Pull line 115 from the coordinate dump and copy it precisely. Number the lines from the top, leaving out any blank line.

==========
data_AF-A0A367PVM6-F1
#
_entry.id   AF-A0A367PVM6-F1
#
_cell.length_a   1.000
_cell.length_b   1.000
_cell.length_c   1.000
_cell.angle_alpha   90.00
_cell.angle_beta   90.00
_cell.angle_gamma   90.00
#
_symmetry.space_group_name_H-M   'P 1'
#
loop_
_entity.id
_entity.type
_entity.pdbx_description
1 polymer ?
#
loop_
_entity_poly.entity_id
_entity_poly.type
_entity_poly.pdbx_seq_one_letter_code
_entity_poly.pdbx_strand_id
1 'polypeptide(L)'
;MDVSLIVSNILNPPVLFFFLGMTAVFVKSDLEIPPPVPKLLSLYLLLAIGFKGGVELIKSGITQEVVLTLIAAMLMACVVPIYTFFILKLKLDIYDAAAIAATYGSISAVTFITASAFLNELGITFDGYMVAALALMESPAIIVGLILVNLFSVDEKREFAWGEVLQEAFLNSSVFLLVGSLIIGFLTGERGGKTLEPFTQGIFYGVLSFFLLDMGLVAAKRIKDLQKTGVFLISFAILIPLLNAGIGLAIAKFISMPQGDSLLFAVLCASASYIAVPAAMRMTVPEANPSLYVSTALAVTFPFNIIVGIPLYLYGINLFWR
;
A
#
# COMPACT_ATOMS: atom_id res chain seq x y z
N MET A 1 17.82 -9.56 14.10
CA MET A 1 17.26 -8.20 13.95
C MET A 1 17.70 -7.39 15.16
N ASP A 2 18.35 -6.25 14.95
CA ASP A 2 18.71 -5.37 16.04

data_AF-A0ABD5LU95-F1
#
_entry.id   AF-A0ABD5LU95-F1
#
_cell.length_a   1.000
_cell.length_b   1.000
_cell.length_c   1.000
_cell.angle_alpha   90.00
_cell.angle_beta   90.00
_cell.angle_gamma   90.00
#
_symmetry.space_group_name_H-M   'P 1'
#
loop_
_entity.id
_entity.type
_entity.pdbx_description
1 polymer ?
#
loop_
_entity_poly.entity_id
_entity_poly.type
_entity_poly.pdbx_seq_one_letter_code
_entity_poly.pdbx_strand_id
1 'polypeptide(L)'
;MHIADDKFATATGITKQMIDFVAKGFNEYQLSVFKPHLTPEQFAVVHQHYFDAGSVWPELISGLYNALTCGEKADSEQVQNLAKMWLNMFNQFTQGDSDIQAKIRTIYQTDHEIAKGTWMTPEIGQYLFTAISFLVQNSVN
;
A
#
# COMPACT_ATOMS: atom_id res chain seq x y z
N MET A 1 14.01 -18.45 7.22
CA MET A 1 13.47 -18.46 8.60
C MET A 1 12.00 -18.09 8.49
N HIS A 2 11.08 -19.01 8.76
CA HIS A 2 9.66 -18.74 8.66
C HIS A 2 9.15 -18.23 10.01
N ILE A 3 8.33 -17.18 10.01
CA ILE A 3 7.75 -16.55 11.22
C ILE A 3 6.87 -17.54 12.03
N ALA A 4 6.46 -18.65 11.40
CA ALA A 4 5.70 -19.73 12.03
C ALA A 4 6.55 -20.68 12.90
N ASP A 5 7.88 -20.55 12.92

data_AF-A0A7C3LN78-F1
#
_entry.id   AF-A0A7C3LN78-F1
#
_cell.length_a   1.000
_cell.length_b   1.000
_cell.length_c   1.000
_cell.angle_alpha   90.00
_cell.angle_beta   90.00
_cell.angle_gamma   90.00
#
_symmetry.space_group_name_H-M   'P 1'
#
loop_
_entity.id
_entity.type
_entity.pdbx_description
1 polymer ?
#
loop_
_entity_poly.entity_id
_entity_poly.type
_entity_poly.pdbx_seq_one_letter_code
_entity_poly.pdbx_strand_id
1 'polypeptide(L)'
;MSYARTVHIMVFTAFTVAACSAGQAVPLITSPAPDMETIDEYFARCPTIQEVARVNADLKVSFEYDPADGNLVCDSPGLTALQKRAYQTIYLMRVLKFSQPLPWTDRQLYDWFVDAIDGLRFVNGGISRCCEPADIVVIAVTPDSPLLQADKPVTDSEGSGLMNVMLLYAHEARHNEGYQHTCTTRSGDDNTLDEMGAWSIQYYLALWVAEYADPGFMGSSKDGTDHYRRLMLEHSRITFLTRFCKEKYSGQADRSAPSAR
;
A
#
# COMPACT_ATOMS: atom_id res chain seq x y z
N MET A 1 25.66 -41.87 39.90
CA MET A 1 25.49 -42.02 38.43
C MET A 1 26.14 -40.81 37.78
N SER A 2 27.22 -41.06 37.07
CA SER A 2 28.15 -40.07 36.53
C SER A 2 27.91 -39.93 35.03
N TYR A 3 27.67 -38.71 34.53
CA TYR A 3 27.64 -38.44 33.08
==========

N TYR A 3 27.67 -38.71 34.53